Land Rush

By STEPHEN HAVEN
Each evening my half-coon hound dog buries her snout
In her foul dish then comes up singing, moans, complains
About her condition, until I hook her up, let her shit
And piss among the graves—who’s watching, anyway?—
The groundskeepers all home by then, their evening shows
Just flickering, the trees along the forested edge
Leaning as always toward distant centuries.
I mean no disrespect, consider myself half a naturalist,
Then like some homespun anthropologist
Who does not need to dig to question how his people live,
I hover over a watchtower that separates two graves:
Must have been Jehovah’s Witnesses. Whenever I encounter
Their free subscription at my door, I ask them in,
Offer always a drink, all due respect
To my fellow citizens, certain that their strange belief
Gave Hitler no quarter. Now this one gives me succor:
Carpenter the last name, DAD: KING OF THE
REMOTE CONTROL at the tiled foot of the tombstone,
His favorite shows somewhere staying the channel.
Otherwise, this would not be paradise. Right next door,
The Cooks’ black stone bowling ball, as if that’s what
Their lives were for. Then in the alley
Between their graves, they’ve scored a spare,
Three fallen pins, another marker set next to them:

If tears could
Build a stairway
And Memories a lane
I would walk right up
To Heaven and bring
You home again
And here, in spades, a lover of cards, a chiseled Royal Flush,
The man lying for all eternity under the best possible draw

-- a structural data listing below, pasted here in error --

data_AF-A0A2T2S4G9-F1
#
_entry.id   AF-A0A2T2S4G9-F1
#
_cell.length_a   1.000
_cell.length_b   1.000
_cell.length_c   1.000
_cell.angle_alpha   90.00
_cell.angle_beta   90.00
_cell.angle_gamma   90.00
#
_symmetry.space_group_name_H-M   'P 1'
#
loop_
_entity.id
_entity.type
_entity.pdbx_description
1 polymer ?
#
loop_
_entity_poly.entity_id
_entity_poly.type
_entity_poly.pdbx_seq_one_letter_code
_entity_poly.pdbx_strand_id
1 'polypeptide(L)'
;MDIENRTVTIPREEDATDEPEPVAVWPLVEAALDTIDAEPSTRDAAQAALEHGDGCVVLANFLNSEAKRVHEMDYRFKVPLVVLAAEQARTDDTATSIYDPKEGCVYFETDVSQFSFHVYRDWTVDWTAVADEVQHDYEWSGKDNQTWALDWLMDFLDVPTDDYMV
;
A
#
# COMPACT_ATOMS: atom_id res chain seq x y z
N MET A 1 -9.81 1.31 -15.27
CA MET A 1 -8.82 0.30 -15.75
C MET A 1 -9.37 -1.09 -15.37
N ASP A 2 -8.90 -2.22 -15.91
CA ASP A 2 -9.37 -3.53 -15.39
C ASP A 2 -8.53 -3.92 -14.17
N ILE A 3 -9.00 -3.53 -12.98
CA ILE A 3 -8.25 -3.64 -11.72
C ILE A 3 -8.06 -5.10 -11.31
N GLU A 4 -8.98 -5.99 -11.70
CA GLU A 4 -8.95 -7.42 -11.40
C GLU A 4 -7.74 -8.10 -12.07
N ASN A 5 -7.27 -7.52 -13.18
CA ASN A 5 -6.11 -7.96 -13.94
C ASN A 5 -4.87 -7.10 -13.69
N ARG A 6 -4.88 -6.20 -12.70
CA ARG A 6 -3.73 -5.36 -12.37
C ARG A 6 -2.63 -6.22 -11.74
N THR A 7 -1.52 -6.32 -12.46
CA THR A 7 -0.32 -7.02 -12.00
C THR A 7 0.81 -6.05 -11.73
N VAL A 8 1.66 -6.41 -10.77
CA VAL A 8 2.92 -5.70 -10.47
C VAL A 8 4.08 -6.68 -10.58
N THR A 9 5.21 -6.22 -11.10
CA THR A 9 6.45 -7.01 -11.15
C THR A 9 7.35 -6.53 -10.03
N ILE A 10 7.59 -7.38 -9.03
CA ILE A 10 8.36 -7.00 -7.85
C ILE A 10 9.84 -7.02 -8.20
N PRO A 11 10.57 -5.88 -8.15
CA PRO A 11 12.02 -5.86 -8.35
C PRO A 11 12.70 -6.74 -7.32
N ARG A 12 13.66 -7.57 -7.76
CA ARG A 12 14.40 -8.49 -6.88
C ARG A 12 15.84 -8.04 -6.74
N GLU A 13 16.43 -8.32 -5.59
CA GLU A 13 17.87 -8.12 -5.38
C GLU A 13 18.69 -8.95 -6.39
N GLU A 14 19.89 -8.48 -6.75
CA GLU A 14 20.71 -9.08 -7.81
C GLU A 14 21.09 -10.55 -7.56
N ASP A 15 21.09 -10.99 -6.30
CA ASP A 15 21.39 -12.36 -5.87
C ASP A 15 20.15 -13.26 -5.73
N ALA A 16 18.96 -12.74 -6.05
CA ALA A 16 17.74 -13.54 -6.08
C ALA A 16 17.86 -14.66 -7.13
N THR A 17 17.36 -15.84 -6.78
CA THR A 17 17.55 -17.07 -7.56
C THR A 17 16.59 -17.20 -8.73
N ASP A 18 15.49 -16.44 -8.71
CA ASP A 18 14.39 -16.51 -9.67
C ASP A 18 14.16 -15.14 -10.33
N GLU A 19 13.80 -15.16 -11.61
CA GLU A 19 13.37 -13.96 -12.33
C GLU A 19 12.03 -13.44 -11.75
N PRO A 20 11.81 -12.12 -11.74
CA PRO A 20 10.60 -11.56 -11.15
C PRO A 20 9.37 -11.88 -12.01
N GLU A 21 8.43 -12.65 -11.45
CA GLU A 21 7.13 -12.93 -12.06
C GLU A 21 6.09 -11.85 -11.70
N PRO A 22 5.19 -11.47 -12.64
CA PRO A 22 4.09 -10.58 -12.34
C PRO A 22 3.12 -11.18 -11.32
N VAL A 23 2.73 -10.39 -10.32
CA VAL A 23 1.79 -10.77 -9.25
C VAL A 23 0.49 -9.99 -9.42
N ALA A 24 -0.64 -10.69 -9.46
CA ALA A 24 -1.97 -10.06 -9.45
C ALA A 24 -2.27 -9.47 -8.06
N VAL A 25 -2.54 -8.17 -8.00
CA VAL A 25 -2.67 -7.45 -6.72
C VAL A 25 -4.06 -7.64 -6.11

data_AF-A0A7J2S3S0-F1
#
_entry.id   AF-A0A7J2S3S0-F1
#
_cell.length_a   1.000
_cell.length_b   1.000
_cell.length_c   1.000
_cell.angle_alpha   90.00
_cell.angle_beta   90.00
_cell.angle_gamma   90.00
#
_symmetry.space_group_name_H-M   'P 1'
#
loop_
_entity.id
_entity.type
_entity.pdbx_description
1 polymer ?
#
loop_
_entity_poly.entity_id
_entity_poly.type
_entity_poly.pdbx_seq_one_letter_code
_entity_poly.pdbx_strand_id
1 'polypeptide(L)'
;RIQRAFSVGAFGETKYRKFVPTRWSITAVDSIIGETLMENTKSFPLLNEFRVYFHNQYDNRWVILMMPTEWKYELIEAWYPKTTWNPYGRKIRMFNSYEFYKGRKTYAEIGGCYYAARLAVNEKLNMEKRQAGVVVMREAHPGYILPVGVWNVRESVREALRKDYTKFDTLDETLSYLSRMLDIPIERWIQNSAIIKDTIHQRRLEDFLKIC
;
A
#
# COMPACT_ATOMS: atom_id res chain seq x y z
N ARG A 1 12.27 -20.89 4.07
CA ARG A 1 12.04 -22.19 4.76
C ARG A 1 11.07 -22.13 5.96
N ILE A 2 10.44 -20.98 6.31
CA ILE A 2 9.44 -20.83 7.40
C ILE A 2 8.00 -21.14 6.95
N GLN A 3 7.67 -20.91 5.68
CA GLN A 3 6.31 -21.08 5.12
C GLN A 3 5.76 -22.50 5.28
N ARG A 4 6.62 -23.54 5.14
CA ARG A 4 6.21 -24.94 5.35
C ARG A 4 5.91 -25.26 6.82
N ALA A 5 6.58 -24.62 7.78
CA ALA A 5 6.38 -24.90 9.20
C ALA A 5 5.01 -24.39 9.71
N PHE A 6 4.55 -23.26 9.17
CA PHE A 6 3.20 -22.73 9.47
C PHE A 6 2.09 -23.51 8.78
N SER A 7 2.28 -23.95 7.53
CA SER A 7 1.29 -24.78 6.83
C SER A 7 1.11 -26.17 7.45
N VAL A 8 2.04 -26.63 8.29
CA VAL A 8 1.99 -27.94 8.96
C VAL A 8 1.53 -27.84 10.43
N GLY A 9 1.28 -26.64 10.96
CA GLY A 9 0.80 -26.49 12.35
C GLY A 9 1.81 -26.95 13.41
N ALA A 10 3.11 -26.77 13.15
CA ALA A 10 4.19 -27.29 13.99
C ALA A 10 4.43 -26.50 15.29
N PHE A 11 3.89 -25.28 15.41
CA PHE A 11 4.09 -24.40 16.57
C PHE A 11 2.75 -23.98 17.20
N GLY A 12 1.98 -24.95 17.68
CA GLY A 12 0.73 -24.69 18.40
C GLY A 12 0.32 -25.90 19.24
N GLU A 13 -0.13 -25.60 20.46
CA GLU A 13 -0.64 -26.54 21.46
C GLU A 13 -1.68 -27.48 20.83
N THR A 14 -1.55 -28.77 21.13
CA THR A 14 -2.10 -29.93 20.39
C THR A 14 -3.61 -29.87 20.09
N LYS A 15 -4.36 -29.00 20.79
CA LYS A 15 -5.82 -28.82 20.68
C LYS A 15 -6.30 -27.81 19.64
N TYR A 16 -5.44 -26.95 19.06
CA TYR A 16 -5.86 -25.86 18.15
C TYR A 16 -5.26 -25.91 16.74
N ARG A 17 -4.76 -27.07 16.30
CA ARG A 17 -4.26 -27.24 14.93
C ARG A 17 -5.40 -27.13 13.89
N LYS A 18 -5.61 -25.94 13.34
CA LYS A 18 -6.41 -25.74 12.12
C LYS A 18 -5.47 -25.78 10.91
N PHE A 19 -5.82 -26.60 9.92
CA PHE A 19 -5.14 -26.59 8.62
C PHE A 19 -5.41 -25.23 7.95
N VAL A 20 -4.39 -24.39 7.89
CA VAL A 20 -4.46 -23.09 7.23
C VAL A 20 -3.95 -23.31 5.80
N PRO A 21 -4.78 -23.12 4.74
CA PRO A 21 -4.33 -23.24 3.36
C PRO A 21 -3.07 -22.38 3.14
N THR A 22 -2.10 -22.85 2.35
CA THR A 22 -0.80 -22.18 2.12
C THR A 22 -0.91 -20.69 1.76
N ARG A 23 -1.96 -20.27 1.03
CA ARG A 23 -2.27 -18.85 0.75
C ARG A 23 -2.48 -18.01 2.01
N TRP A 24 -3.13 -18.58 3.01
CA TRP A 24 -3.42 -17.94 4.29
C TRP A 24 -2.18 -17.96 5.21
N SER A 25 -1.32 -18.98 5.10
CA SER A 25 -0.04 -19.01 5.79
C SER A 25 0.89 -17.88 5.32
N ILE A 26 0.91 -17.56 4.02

As long as the game is pure and there are no wild cards.
Some take their stand on their names only, and some
Are blank stone, and some burn batteries all night long,
Small running lights, carving a human space. O cracked globe,
O Saturn-like rings, O naked cupid sitting on a pole,
This father buried 1997, his wife born 1953 and counting,
A metal dragon fly, “Peace Be With You,” shoved in his soil,
And next to him, no silence like this, his thirteen year old:
She once loved scarecrows, two on either side of her, sunflowers
No doubt plucked from some department store shelf
As if the girl’s mother, unwilling, unschooled,
Walking among the dead, were forced to play
The Artist of the Beautiful, and lacking the tools
Turned to the Tiresias of some Wal-Mart to drink our blood,
The bric-a-brac, the jingles we keep coming back to.
This is what he says when he speaks for us:
A planet, its orbit, another radiance in the ground, the curved
Wink of the moon, the young girl’s dates burning in that circle.

 

Stephen Haven is the author of The Last Sacred Place in North America (2012, winner of the New American Press Poetry Prize). He has published two previous collections of poetry, Dust and Bread (2008, for which he was named Ohio Poet of the Year), and The Long Silence of the Mohawk Carpet Smokestack (2004). He directs the MFA Program in Creative Writing at Ashland University, in Ohio. He was twice a Fulbright Professor of American literature at universities in Beijing.

[Purchase your copy of Issue 02 here.]

 

Land Rush

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